When we saw this lesson plan, we just knew we had to share it with you. For young learners aged 4 to 7, it helps them question stereotypes through puzzles and play.
Thank you to Thais and Active English for giving us permission to share it here. To find out more about Active English courses, click here.
Age: 4-7 years old
By the age of 4 to 6 children have already been exposed to stereotypical ideals and are likely to have formed preconceived notions of people and society. Taking into consideration the key role images play as a medium for meaning-making, it is of extreme importance to expose young children to images which present people from all walks of life.
Thus, exposing young children to images of a diverse range of people who make valuable contributions to our society is a way we can break down the stereotypes that often limit their beliefs about others and themselves.
In this lesson, the learners will put together jigsaw puzzles that show images of people who work in different jobs. The images will have been carefully selected to send the implicit message that regardless of your color, gender or disabilities, you can still be a great person and do incredible things. This will create the perfect context for the acquisition of vocabulary and structures related to professions (She/ He is a painter, musician, doctor, an actress/ actor…) and language needed for the puzzle (Here’s her head/ Where’s her body? / Is this her body?/ I don’t know/ Oh look!).
Key Concept: I can do great things when I grow up.
Materials & Preparation:
Find pictures and cut out the upper/ lower parts of the characters’ bodies so as to create the puzzle. (The idea is to have as much diversity as possible, especially focusing on images of black women, people with disabilities, overweight women/ men dressed up in their uniforms or with their work tools.)
Lesson Stage Setting the Scene
Timing 3 minutes
Start the video with the teacher playing with a puzzle, trying to fit Frida Kahlo’s head with different parts of the body/ professions.
● Camera will open with the teacher playing, and look up with surprise as if the child had just arrived in that room to play.
● Connect with the child watching at home with a big smile and say hello! Use your gestures and facial expression to show how you are feeling today.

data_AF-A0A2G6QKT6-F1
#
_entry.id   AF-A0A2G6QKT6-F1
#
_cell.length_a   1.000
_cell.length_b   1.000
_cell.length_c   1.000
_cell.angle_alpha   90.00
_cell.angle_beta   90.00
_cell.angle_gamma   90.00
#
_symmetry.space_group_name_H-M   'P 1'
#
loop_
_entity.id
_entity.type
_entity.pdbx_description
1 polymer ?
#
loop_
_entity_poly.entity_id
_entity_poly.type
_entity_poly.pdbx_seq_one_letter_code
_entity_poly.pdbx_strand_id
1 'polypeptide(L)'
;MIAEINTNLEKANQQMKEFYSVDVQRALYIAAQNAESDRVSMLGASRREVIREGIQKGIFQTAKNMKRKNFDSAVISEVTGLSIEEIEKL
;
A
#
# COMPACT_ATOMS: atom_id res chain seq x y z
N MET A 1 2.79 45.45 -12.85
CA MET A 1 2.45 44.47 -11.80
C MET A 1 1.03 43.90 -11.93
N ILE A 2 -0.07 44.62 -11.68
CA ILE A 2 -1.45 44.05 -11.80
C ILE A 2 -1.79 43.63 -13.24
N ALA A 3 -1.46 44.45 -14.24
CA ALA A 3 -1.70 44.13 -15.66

● Then show the puzzle and your frustration at not being able to put it together.
● Ask them to help you using plenty of gestures to support their understanding. Suggestion script:
Oh, hello there! How are you today? (make sure you look into the camera)
I’m not feeling so good (facial expressions are keyhere!), I can’t (try to make it as if you were having difficulties finding the correct pieces of the puzzle)…
Oh, can you help me?
(Remember to wait for a few seconds for ss to interact with the video at home and invite ss to guess)
Lesson Stage Lesson Teaser
Timing 3 minutes
Calling their attention to the puzzle you are trying to solve, ask them Oh, can you help me? (show the camera Frida [or another character’s] head) say (while you are sorting through the pieces)
Here’s her head…
But… where’s her body?
I don’t know.
Is this her body? (time for interaction) No, it’s not.
Meanwhile try and fit different bodies (2 or 3) until you find the right one. Is this her body? (time for interaction) Yes, it is!
Oh look, it’s Frida Kahlo! She’s an artist!
Be consistent with the steps and the language you use in this game.
Lesson Stage Introduce today’s topic and key language
Timing 4-5 minutes
Invite ss to play the game with you in order to present them the key language of professions.
Are you ready to play the game with me? (time)
I can’t hear you, are you ready? (time for interaction)
Say Yes, I’m ready! (time for interaction)
So here we go!
Cut to a top down shot of the completed puzzles, each showing a different profession. Point to each one and introduce the profession in English with a quick drill: police officer, doctor, singer, artist, scientist.
Lesson Stage Topic Based Play
Timing 3-4 minutes
Camera cuts back to show the whole teacher and the puzzle pieces.
Model the way to play the matching puzzle game being consistent with the steps and the language you use.
Flip the puzzle pieces over and mix them around with your hands. Say mix, mix, mix! Flip over two pieces and see if they match. Name each profession as you do: A police officer and a scientist. They’re NOT the same. Flip them back over and keep trying until you have a match.
After you have completed the puzzles, stop and look in the camera and thank them for playing with you.
Lesson Stage Ending the class
Timing 2 minutes
Tell them that It’s time to go! End the lesson by standing up and singing one of the songs they are familiar with from previous lessons. Invite them to sing and do the actions with you.
Wave and say Goodbye!
Home – school connection instructions
Send a video to the parents/caregivers with instructions for how to make and do the puzzle with the children at home before the next lesson.
Passionate about education, Thais has been an English teacher for 8 years. A Languages and Literature graduate, she holds a CELTA and a CPE. She’s currently doing her Masters in education – teaching English to very young learners in public schools – at USP.